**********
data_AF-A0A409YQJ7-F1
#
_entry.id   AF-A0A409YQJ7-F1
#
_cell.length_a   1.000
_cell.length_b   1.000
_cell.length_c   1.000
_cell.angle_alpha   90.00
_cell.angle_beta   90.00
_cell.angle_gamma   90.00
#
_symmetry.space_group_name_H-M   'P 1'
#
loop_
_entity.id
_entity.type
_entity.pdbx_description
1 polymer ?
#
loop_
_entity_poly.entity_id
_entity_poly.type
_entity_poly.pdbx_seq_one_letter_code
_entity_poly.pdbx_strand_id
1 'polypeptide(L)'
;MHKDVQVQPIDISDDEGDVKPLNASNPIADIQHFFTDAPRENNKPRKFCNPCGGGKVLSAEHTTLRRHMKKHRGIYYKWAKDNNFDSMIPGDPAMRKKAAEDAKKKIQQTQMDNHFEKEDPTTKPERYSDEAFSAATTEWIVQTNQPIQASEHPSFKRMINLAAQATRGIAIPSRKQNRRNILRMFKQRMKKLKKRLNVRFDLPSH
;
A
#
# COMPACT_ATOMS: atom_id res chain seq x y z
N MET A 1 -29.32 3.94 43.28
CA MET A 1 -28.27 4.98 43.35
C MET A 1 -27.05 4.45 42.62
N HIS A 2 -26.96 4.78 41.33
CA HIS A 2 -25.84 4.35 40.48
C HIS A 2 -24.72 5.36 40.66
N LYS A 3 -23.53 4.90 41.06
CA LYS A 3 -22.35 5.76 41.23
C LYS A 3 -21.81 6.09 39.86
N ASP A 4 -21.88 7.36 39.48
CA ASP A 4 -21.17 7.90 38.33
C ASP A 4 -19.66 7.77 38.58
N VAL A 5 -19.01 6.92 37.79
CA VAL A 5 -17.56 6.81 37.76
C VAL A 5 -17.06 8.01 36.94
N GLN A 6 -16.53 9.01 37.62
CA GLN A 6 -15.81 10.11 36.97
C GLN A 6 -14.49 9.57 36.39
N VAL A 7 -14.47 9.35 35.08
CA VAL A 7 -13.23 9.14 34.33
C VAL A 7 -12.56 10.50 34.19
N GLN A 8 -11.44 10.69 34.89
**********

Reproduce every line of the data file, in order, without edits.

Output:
data_AF-A0A409YQJ7-F1
#
_entry.id   AF-A0A409YQJ7-F1
#
_cell.length_a   1.000
_cell.length_b   1.000
_cell.length_c   1.000
_cell.angle_alpha   90.00
_cell.angle_beta   90.00
_cell.angle_gamma   90.00
#
_symmetry.space_group_name_H-M   'P 1'
#
loop_
_entity.id
_entity.type
_entity.pdbx_description
1 polymer ?
#
loop_
_entity_poly.entity_id
_entity_poly.type
_entity_poly.pdbx_seq_one_letter_code
_entity_poly.pdbx_strand_id
1 'polypeptide(L)'
;MHKDVQVQPIDISDDEGDVKPLNASNPIADIQHFFTDAPRENNKPRKFCNPCGGGKVLSAEHTTLRRHMKKHRGIYYKWAKDNNFDSMIPGDPAMRKKAAEDAKKKIQQTQMDNHFEKEDPTTKPERYSDEAFSAATTEWIVQTNQPIQASEHPSFKRMINLAAQATRGIAIPSRKQNRRNILRMFKQRMKKLKKRLNVRFDLPSH
;
A
#
# COMPACT_ATOMS: atom_id res chain seq x y z
N MET A 1 -29.32 3.94 43.28
CA MET A 1 -28.27 4.98 43.35
C MET A 1 -27.05 4.45 42.62
N HIS A 2 -26.96 4.78 41.33
CA HIS A 2 -25.84 4.35 40.48
C HIS A 2 -24.72 5.36 40.66
N LYS A 3 -23.53 4.90 41.06
CA LYS A 3 -22.35 5.76 41.23
C LYS A 3 -21.81 6.09 39.86
N ASP A 4 -21.88 7.36 39.48
CA ASP A 4 -21.17 7.90 38.33
C ASP A 4 -19.66 7.77 38.58
N VAL A 5 -19.01 6.92 37.79
CA VAL A 5 -17.56 6.81 37.76
C VAL A 5 -17.06 8.01 36.94
N GLN A 6 -16.53 9.01 37.62
CA GLN A 6 -15.81 10.11 36.97
C GLN A 6 -14.49 9.57 36.39
N VAL A 7 -14.47 9.35 35.08
CA VAL A 7 -13.23 9.14 34.33
C VAL A 7 -12.56 10.50 34.19
N GLN A 8 -11.44 10.69 34.89